Once I finished scrolling through the Hall of Fame honorees, I then shifted to reading about The Pavek Museum in St. Louis Park which initiated this broadcasting award. I’d never heard of the museum. The 12,000-plus square foot museum houses antique radios, televisions and broadcasting equipment, most from the collection of Joe Pavek.

Well, then, who is Joe Pavek? He was an amateur radio operator and electronics instructor at Dunwoody Institute. And a collector.

The Pavek Museum opened in 1988 to preserve and present the history of electronic communication and provide a learning environment for those interested in the science of electromagnetism and sound, according to the museum website. That educational facet includes a Broadcast Workshop for kids to learn about the history of electronics communications while creating a 1960s style radio broadcast.

So there you go. If you give a writer a media report, she will remember a photo which will lead her to a website and then to…

© Copyright 2021 Audrey Kletscher Helbling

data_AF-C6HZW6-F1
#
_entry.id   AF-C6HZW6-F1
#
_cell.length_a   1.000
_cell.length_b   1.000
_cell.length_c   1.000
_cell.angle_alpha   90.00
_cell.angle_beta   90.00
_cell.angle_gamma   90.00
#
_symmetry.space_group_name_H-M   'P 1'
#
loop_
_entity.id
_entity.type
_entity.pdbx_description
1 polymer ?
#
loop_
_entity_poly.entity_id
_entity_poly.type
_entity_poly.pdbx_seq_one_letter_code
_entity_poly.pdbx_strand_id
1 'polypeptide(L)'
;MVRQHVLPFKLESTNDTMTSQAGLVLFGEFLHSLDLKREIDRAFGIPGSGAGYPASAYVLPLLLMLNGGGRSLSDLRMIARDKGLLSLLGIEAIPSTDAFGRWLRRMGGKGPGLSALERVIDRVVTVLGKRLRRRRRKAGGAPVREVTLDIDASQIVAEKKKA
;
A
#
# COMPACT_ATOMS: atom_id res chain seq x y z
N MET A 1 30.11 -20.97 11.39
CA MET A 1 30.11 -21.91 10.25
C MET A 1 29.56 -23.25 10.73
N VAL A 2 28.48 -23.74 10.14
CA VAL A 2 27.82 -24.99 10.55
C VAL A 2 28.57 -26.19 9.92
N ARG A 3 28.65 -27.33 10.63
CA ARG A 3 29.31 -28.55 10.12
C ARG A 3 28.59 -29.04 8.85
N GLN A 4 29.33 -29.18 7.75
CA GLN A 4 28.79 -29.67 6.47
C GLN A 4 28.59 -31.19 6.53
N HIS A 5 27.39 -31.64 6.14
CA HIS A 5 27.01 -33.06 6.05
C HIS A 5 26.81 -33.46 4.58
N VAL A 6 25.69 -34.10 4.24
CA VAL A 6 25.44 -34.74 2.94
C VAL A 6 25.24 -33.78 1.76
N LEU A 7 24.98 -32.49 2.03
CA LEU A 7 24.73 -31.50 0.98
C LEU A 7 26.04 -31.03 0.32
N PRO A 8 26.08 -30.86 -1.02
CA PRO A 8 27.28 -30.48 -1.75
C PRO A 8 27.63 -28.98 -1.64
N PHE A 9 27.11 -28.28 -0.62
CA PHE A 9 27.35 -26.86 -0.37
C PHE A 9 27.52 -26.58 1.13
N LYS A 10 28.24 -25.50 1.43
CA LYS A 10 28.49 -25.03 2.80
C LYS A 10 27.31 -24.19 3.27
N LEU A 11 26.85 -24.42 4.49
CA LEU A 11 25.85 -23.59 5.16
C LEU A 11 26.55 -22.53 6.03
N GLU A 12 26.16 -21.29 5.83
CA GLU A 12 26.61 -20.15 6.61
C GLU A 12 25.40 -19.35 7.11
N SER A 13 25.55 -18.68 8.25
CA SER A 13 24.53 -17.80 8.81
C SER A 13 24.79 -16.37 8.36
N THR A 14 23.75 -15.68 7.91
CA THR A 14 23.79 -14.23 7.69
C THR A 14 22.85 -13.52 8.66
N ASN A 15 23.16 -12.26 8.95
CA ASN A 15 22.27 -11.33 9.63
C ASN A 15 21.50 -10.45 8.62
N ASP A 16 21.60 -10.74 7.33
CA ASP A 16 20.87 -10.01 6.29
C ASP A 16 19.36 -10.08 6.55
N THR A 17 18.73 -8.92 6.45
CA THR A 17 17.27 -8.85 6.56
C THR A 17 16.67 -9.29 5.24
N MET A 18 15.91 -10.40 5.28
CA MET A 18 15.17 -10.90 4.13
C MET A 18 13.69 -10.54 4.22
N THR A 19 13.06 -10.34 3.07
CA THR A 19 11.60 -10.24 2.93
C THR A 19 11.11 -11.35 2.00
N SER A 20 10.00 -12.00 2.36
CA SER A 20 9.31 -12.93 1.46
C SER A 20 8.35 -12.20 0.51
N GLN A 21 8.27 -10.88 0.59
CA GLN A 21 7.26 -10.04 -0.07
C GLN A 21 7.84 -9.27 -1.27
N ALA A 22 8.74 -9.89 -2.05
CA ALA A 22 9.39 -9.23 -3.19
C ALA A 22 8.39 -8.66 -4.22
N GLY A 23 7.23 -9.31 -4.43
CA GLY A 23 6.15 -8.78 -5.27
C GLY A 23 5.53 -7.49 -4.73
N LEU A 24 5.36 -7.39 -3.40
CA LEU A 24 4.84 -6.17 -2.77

When reporters cover tough topics… January 31, 2019

 

THE NEXT TIME YOU CRITICIZE a journalist or rant that reporters are nothing but a bunch of biased writers, consider this. My local newspaper, the Faribault Daily News, recently placed first in the Social Issues category of the 2017-2018 Minnesota Newspaper Association Better Newspaper Contest. For a series on domestic violence.

The award-winning series, titled “Abuse,” published over a period of a year and covered the gamut from information to interviews with survivors and their families, advocates, police and more. These were powerful pieces, written primarily by reporter Gunnar Olson but also by Regional Editor Suzanne Rook.

It is the personal stories which made this series. Emotional stories. Gut-wrenching, difficult stories. Stories that needed to be told, heard, written, read and, then, remembered.

 

 

When a reporter can take a topic like domestic abuse and violence, interview people in a caring and compassionate way, and then share those stories through dynamic writing, that work deserves recognition. By fellow journalists. And by readers. I applaud the Daily News for raising awareness, educating and connecting people to this social issue via deeply personal stories.